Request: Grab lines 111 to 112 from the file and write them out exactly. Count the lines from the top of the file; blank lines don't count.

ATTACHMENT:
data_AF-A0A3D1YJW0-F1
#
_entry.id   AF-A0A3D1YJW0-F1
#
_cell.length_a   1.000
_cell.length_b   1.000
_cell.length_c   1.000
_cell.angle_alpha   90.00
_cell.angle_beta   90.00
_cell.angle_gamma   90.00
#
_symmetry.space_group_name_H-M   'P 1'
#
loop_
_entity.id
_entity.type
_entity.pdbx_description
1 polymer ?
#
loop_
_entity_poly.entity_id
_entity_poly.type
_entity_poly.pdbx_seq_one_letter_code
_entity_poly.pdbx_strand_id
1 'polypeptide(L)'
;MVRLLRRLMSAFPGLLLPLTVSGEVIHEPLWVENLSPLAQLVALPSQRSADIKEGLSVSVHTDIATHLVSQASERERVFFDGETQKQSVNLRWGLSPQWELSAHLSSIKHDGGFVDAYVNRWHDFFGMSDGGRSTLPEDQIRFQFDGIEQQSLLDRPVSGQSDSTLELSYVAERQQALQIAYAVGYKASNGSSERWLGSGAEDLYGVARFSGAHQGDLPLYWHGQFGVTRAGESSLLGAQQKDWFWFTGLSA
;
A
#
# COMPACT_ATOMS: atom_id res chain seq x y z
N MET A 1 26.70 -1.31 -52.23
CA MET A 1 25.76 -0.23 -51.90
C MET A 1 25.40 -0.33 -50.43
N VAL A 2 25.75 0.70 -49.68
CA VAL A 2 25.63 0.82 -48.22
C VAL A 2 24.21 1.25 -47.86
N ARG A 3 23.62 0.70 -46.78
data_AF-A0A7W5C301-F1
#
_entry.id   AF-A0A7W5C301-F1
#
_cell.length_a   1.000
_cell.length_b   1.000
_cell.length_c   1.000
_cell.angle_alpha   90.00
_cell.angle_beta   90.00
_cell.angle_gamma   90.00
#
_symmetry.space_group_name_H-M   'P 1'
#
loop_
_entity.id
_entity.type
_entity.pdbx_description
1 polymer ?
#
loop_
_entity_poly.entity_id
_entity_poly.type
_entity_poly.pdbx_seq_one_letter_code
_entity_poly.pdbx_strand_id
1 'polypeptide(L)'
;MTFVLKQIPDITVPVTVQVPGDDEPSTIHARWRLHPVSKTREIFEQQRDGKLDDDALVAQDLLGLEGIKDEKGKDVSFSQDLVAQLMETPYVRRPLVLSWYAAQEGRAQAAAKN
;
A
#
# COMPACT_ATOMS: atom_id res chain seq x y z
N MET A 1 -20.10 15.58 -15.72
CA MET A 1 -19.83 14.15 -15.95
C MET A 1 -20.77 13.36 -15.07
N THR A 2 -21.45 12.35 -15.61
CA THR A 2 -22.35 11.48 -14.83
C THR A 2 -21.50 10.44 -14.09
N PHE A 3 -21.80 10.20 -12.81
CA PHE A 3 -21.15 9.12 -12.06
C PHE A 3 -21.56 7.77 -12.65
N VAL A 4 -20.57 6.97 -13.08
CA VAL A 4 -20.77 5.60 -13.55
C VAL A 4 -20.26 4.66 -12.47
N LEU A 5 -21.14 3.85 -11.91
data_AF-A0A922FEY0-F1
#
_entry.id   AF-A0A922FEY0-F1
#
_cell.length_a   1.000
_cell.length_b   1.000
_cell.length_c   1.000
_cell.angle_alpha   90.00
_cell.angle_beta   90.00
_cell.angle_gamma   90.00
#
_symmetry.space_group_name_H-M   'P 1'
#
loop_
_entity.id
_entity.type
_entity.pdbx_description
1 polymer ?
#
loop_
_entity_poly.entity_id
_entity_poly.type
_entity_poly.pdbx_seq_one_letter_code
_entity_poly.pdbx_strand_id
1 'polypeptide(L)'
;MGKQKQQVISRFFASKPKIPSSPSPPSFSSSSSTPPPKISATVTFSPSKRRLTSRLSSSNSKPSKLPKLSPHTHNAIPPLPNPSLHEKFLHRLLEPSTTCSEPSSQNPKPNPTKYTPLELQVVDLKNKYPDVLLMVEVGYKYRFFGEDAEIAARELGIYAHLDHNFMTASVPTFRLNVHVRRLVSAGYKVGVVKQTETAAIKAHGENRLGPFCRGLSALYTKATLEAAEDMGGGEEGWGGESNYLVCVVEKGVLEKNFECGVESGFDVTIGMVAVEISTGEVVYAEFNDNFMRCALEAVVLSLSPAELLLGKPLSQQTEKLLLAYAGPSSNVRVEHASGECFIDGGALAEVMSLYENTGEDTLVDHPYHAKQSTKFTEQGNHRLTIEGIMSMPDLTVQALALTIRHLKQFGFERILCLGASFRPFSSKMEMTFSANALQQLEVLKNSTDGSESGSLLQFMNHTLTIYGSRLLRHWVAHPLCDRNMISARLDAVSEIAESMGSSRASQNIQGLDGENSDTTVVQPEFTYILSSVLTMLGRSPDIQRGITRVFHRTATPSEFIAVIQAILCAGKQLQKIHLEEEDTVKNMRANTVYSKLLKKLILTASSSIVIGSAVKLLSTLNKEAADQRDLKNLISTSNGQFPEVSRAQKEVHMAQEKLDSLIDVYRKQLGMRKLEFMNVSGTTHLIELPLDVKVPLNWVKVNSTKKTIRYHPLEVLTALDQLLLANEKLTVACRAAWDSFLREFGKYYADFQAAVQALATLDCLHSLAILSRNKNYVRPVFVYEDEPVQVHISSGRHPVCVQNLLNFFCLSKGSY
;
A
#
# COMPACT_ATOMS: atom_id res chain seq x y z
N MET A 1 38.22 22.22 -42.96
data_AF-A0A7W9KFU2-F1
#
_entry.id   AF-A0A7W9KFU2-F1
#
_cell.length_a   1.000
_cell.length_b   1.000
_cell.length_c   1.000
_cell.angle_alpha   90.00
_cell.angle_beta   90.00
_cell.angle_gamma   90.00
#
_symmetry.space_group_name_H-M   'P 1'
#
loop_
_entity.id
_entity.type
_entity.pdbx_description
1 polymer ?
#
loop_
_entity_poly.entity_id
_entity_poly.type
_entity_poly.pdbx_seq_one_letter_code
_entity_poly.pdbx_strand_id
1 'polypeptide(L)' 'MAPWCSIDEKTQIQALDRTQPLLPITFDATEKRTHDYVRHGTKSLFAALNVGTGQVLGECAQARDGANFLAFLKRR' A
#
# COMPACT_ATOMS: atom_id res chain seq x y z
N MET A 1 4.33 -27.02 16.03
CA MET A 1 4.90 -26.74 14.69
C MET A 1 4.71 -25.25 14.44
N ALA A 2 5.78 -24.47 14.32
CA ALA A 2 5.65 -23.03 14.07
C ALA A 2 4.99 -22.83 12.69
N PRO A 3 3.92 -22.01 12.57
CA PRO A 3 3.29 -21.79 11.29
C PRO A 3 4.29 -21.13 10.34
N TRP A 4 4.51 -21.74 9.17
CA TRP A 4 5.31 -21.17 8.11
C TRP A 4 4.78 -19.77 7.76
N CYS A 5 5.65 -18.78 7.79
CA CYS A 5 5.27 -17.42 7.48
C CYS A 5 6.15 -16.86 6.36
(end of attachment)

N MET A 1 38.22 22.22 -42.96
data_AF-A0A7W9KFU2-F1